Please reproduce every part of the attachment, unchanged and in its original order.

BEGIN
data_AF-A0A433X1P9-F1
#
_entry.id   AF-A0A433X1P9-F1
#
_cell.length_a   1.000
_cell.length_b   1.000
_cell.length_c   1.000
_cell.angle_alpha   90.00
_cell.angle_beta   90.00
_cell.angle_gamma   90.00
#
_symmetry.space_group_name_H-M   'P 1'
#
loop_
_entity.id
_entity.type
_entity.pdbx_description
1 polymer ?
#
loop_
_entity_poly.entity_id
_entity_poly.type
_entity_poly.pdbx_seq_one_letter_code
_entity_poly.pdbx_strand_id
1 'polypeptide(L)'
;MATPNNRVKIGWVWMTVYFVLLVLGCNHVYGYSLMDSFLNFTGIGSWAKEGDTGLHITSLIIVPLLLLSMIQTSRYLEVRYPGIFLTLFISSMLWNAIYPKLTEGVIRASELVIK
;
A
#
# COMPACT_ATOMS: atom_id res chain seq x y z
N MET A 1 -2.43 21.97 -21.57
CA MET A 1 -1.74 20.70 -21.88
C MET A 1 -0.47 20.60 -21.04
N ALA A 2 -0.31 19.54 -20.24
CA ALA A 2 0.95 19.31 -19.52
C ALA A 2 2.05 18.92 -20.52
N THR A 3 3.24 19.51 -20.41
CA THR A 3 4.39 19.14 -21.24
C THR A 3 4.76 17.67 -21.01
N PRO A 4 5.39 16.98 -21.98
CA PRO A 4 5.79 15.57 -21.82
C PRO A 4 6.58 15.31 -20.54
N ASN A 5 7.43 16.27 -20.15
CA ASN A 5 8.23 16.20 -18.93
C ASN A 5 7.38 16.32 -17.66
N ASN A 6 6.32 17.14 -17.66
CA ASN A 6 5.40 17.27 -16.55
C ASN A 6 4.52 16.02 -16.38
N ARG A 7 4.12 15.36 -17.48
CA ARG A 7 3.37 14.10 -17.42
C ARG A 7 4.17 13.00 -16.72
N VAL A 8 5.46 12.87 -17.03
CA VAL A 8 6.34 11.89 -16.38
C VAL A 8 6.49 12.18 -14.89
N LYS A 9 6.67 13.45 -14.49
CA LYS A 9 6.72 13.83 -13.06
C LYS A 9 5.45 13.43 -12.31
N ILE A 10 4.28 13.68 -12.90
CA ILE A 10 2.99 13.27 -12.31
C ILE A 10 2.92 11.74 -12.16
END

data_AF-A0A433X1P9-F1
#
_entry.id   AF-A0A433X1P9-F1
#
_cell.length_a   1.000
_cell.length_b   1.000
_cell.length_c   1.000
_cell.angle_alpha   90.00
_cell.angle_beta   90.00
_cell.angle_gamma   90.00
#
_symmetry.space_group_name_H-M   'P 1'
#
loop_
_entity.id
_entity.type
_entity.pdbx_description
1 polymer ?
#
loop_
_entity_poly.entity_id
_entity_poly.type
_entity_poly.pdbx_seq_one_letter_code
_entity_poly.pdbx_strand_id
1 'polypeptide(L)'
;MATPNNRVKIGWVWMTVYFVLLVLGCNHVYGYSLMDSFLNFTGIGSWAKEGDTGLHITSLIIVPLLLLSMIQTSRYLEVRYPGIFLTLFISSMLWNAIYPKLTEGVIRASELVIK
;
A
#
# COMPACT_ATOMS: atom_id res chain seq x y z
N MET A 1 -2.43 21.97 -21.57
CA MET A 1 -1.74 20.70 -21.88
C MET A 1 -0.47 20.60 -21.04
N ALA A 2 -0.31 19.54 -20.24
CA ALA A 2 0.95 19.31 -19.52
C ALA A 2 2.05 18.92 -20.52
N THR A 3 3.24 19.51 -20.41
CA THR A 3 4.39 19.14 -21.24
C THR A 3 4.76 17.67 -21.01
N PRO A 4 5.39 16.98 -21.98
CA PRO A 4 5.79 15.57 -21.82
C PRO A 4 6.58 15.31 -20.54
N ASN A 5 7.43 16.27 -20.15
CA ASN A 5 8.23 16.20 -18.93
C ASN A 5 7.38 16.32 -17.66
N ASN A 6 6.32 17.14 -17.66
CA ASN A 6 5.40 17.27 -16.55
C ASN A 6 4.52 16.02 -16.38
N ARG A 7 4.12 15.36 -17.48
CA ARG A 7 3.37 14.10 -17.42
C ARG A 7 4.17 13.00 -16.72
N VAL A 8 5.46 12.87 -17.03
CA VAL A 8 6.34 11.89 -16.38
C VAL A 8 6.49 12.18 -14.89
N LYS A 9 6.67 13.45 -14.49
CA LYS A 9 6.72 13.83 -13.06
C LYS A 9 5.45 13.43 -12.31
N ILE A 10 4.28 13.68 -12.90
CA ILE A 10 2.99 13.27 -12.31
C ILE A 10 2.92 11.74 -12.16